Figure 1(c) shows a schematic of the three-dimensional shape of the TM which resembles sand hill with the top of the hill pointing toward the middle ear cavity. The surface facing toward the middle ear is referred to as the medial side of the TM (Fig. 1(c)), and the opposite surface is called the lateral side. The outer rim of the TM is attached to the auditory canal, and the highlighted area (purple in Figs. 1(b)–1(d)) is firmly attached to the manubrium bone of the malleus. Figures 1(b) and 1(d) show the projection-view (along the axis direction, dashed line in Fig. 1(c)) and side-view of the TM, respectively. Typically, e.g., for guinea pig, the Young’s modulus of the manubrium bone (∼10 GPa) is 3 orders of magnitude larger than that of the TM (15.3–28 MPa); therefore, the TM is considered to be fixed in the area attached to the manubrium bone. We simplified the TM to be an axially symmetric truncated conical shell as shown in Fig. 1(e), which is fixed at the top rim to simulation the support from the manubrium bone and fixed at the bottom rim to simulation the support from the auditory canal. The coordinates are shown in Fig. 1(f): S is the distance from the vertex along a generator; θ is the angle in the circumferential direction; u and v (not shown in the figures) denote the displacement along the S and θ directions, respectively, and w is the displacement perpendicular to the membrane surface (Fig. 1(f)). Geometric parameters of the truncated conical shell include γ—the semivertical angle, S1 and S2—the distances from the vertex to the top and bottom rims, respectively. When the ambient (external) pressure is lower than the pressure in the middle ear cavity (negative pressure), a uniform pressure p is applied on the medial side of the TM, acting against the surface normal (Fig. 1(f)).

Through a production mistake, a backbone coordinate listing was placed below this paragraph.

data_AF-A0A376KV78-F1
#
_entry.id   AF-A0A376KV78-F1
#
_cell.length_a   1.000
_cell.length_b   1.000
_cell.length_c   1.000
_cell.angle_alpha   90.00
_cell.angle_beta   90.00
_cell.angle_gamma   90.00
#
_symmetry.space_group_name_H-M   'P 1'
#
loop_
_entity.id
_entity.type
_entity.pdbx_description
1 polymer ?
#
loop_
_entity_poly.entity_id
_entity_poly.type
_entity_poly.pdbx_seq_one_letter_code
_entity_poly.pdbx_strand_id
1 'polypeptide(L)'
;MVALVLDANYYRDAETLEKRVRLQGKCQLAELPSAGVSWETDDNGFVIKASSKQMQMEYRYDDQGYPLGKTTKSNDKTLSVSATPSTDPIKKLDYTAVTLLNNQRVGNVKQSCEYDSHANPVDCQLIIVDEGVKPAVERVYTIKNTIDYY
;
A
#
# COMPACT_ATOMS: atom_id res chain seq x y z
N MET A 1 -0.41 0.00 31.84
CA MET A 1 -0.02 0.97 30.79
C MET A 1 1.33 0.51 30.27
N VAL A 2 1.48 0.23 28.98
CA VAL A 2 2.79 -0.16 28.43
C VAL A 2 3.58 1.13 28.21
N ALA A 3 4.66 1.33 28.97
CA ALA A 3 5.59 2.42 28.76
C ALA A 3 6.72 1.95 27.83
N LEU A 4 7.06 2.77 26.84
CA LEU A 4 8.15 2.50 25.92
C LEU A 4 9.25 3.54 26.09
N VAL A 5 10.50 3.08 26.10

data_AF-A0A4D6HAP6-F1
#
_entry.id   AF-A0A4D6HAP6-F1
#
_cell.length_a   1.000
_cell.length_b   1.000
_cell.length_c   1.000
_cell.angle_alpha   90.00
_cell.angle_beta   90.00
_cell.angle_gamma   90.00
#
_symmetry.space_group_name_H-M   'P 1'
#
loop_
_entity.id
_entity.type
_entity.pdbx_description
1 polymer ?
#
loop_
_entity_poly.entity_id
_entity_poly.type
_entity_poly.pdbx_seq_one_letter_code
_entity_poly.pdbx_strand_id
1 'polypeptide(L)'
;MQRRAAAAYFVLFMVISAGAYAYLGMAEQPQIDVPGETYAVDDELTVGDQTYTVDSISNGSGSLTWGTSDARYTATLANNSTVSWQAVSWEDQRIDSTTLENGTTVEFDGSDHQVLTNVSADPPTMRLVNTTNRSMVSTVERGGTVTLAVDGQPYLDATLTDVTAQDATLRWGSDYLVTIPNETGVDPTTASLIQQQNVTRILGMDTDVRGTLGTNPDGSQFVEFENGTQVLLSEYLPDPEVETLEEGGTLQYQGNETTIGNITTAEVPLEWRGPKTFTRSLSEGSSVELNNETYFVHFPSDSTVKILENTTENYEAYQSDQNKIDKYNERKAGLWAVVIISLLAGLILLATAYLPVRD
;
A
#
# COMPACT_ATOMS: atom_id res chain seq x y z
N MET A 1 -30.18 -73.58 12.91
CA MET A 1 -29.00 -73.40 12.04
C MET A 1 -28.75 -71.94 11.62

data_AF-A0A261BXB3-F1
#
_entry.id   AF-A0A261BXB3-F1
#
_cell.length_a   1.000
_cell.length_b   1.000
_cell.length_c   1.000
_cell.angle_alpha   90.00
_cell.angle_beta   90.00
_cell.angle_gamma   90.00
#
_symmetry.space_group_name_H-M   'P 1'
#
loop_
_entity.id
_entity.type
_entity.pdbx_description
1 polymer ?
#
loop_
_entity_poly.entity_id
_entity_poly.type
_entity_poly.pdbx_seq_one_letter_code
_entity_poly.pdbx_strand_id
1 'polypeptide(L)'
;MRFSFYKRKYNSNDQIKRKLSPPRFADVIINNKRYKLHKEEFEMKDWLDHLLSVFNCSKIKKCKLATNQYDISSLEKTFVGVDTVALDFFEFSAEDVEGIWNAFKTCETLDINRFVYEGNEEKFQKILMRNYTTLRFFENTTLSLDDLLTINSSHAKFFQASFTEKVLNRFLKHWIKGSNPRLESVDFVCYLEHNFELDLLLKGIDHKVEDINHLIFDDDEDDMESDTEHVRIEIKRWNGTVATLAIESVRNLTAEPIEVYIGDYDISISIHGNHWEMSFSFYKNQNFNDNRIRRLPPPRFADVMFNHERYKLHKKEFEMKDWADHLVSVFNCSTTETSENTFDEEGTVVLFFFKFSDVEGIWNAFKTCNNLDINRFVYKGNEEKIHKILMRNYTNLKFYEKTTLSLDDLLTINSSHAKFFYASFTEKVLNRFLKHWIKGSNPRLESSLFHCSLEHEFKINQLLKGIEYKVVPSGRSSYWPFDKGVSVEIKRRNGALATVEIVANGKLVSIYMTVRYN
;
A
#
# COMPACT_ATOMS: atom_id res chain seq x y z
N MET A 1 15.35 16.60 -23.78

where A, B, and C are the buckling amplitudes to be determined, and is wave number. This displacement field satisfies the boundary condition of u = v = w = 0 at S = S1 and at S = S2 and also describes k wrinkling waves in a circumference.
where finite rotation of the shell is taken into account by considering the second-order terms.
where E and ν are the Young’s modulus and Poisson’s ratio of the membrane, respectively, and h is the thickness of the TM.
and then rounding to the nearest smaller/larger integer.
Results and Discussion
For the TM of the guinea pig , the Young’s modulus is taken as E = 25 MPa, the Poisson’s ratio is ν = 0.20, and the thickness is h = 10 μm. The shape of a typical TM is characterized by γ = 55.4 deg, S2 = 3.04 mm, and S1 = 1.25 mm. Using these parameters, Eq. (11) gives k = 8.47, then the pcr at k = 8 and k = 9 are compared. It was found that k = 9 corresponds to the minimum pcr = 30.5 Pa. These values agree very well with FEA (linear perturbation analysis with shell elements, based the above data, to extract the buckling deformation mode and the corresponding critical pressure) that yields k = 9 and pcr = 30.9 Pa. The wrinkled shape from the FEA (Fig. 2(a)) also agrees reasonably well with experimental and post-buckling FEA images obtained by Liang et al. .